Tuesday, September 2, 2014




Finding Isaac Jackson and Mariam Pugh:  For over 40 years, members of our family searched for the great grandparents of John Seaborn “Sebe” Jackson.  Sebe’s grandfather was Stephen Pugh Jackson, who came to Winn Parish Louisiana from Clarke County Alabama.  Stephen Pugh Jackson had two sons, Isaac Thomas (father of Sebe) and Jesse Lemuel.  We believed that at least one of the sons was named for Stephen’s father, but we could not locate records.  

While searching for Stephen Pugh Jackson’s father, it hit me that “Pugh” could not be a random name.  I began researching Pugh Family records, and hit the jackpot exactly where we were focused – Clarke County Alabama.  There I found the family of pioneer settler Elijah Stewart Pugh, whose children included sons Jesse and Stephen and a daughter Mariam, who married Isaac Jackson.  Mariam and Isaac were married in Wilkes, GA about 1810, and almost immediately moved with Mariam’s family to Clarke County AL.  The couple had six children, 4 girls and 2 boys before Mariam’s death in 1836.  Isaac survived his wife by only three years, dying of typhoid fever in 1939.  Their second son, Stephen Pugh Jackson, had just reached his majority (age 18) at the time of his father’s death.  He is not named in some of the documents related to the guardianship of his minor sisters, Miriam and Rebecca.  The older brother, Jesse was named as guardian of the children. 

Between his father’s death in 1839, and 1842, Stephen Pugh Jackson moved with the family of his Uncle Jesse Pugh to Louisiana, where Jesse settled near the village of Grand Cane in DeSoto Parish. 

Finding the Parents of Isaac Jackson:  Having found Isaac Jackson and his wife Mariam Pugh, we had great hopes of tracing his Jackson ancestors.  NOT!!  We found too many Isaac Jacksons in Georgia and Alabama, and were unable to unambiguously identify “Our” Isaac Jackson.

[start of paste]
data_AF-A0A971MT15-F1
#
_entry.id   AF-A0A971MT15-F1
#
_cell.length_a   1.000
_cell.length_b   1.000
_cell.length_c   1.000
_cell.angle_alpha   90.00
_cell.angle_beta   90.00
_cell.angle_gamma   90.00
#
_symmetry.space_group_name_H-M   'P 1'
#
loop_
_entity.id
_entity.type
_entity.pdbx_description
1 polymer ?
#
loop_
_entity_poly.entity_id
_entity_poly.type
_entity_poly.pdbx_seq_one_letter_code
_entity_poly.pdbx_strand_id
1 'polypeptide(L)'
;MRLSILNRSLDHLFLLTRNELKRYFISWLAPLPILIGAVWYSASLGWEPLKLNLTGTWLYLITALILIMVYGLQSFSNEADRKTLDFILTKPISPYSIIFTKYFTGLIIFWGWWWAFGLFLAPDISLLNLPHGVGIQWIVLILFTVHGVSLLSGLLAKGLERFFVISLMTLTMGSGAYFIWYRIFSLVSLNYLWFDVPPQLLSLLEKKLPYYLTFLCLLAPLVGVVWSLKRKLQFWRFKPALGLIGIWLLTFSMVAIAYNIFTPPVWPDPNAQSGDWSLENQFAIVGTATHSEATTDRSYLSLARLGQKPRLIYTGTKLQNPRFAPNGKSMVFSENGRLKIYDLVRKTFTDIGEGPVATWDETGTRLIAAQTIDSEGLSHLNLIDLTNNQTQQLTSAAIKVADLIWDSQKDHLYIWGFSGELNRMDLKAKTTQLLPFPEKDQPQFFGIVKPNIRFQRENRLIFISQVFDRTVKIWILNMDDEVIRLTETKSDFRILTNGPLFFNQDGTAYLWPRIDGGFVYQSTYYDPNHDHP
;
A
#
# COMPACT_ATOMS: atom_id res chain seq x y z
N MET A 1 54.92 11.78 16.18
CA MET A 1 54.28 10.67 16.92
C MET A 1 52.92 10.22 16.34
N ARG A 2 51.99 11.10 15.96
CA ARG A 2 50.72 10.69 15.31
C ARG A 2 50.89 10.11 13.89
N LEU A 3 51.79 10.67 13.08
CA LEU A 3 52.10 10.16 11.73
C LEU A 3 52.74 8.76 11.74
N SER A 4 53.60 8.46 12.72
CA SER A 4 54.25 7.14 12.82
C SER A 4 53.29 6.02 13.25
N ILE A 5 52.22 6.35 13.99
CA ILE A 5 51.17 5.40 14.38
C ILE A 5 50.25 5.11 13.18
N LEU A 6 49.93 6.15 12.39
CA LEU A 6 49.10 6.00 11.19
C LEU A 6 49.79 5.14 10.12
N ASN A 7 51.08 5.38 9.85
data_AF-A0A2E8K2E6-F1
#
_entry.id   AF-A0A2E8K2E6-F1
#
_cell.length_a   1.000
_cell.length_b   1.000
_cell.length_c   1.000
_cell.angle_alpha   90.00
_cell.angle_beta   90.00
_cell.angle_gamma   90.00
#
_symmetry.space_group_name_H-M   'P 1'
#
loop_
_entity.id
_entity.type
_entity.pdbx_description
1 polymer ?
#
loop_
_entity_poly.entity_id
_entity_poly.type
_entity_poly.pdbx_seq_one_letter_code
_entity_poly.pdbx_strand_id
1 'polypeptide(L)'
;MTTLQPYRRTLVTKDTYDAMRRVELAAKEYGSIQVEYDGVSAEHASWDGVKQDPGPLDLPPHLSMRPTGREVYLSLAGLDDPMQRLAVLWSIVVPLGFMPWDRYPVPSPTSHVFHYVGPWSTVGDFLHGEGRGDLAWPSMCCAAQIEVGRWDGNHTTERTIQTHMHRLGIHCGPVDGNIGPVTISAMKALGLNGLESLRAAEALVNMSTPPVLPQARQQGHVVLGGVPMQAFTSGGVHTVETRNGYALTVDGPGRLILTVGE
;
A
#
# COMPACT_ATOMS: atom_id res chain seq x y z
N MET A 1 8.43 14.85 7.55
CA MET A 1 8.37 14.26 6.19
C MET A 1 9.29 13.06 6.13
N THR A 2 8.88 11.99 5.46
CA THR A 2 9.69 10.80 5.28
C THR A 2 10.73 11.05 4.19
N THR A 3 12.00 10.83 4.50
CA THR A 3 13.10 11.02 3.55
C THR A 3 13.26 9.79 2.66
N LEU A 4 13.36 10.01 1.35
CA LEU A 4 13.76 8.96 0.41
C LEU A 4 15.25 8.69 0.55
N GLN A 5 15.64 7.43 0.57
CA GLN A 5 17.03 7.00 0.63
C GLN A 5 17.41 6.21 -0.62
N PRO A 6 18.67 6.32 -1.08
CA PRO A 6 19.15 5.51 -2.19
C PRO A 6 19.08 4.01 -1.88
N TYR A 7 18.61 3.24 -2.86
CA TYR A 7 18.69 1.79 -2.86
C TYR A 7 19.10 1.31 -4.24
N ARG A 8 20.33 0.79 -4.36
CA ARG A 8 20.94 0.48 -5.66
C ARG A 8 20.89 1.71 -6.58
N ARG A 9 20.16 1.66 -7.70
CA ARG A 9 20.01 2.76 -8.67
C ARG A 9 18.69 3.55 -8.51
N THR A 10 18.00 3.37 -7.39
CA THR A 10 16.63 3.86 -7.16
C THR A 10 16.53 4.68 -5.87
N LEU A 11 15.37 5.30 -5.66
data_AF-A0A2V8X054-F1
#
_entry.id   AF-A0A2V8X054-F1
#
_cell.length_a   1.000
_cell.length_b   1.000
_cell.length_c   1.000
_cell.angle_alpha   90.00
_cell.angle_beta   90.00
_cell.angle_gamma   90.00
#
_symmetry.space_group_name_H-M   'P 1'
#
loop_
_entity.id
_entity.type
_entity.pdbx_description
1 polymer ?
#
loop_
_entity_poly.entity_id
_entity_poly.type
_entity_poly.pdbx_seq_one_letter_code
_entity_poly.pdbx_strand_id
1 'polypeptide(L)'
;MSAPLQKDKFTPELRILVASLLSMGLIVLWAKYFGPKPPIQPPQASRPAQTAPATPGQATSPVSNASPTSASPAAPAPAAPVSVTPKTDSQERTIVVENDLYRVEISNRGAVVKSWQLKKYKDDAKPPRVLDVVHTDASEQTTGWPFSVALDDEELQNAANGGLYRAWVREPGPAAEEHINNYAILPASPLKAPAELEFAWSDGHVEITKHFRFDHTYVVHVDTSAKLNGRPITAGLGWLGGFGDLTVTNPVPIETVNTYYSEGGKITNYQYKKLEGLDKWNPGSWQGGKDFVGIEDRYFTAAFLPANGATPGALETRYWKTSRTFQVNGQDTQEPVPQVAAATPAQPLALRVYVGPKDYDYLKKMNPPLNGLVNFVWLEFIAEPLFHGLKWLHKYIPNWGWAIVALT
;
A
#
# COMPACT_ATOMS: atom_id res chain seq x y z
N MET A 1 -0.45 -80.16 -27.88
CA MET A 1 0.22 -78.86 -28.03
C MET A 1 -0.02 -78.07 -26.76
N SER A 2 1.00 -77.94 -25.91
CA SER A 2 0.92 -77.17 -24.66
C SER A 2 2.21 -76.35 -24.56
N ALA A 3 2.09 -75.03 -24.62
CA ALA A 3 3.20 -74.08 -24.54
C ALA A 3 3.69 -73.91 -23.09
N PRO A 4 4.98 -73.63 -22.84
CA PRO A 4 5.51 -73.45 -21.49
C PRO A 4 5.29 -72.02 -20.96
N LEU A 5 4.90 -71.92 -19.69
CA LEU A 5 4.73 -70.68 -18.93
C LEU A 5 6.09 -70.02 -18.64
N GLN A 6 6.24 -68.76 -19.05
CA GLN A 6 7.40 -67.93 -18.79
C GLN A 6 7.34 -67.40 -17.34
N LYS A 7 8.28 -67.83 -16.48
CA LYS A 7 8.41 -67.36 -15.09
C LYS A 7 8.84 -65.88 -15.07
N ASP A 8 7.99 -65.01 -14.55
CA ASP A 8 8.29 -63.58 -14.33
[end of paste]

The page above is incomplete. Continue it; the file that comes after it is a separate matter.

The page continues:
DNA Reveals Our Jackson Family: In 2010, we pursued the DNA option.  Kyle Stuart Jackson, great grandson of John Seaborn “Sebe” Jackson (son of Wilmer Henry “Jacky” Jackson, Jr., grandson of Wilmer Henry “Jack” Jackson, Sr.) donated the sample for evaluation.  Results were conclusive; our Jackson line is descended from Robert Jackson of Hempstead, L.I., through his son Col. John Jackson.  Using both DNA and traditional methods, we have subsequently established connections between the Jacksons of 17th Century Long Island, and our Jacksons in North Central Louisiana.  The remainder of this document traces this Jackson Line, beginning with the original immigrant – Robert Jackson.


     This presentation of the Ancestors of John Seaborn "Sebe" Jackson is divided into four main sections:

  I. ORIGINS -- From Africa to Great Britain
            Robert Jackson -- Immigrant  (1615-1685)
        Col. John "Jack" Jackson -- Sheriff & Judge  (1645-1724)
        James Jackson, Sr.  -- Miller & Quaker (1671-1735)
        Benjamin Jackson -- Of the Carolinas (1719-1805)
        Edward Jackson -- Of Georgia (1755-1845)
        Isaac Jackson -- Of Alabama (1785-1839)
        Stephen Pugh Jackson -- Winn Parish (1821-1880)
        Isaac Thomas Jackson -- Red River Parish (1855-1932)
        John Seaborn "Sebe" Jackson (1881-1950)

Chapters associated with each of these nine Jackson ancestors will be placed in the appropriate sections.  


All Jacksons owe a debt of gratitude to three dedicated researchers, who have collaborated to collect, analyze, and disseminate critical information.  As descendants of Robert Jackson, we are especially fortunate because these genealogists are of our line.  Because of their dedication we have a wealth of information.  

They are: Janie Jackson Kimble -- Jerry Goss -- and Bob Mitchell.  Their collaborative research is available on two websites.  The same information exists on both sites, but the organization and search features differ.  These are:

Contact information for Janie and Jerry are available on their respective sites.  I urge all who read these blogs to visit these sites to get more background information, and an in-depth knowledge of the sources and controversies in Jackson genealogy.

1 comment:

  1. Great blog post! Thanks for pointing your readers to mine and Janie's websites.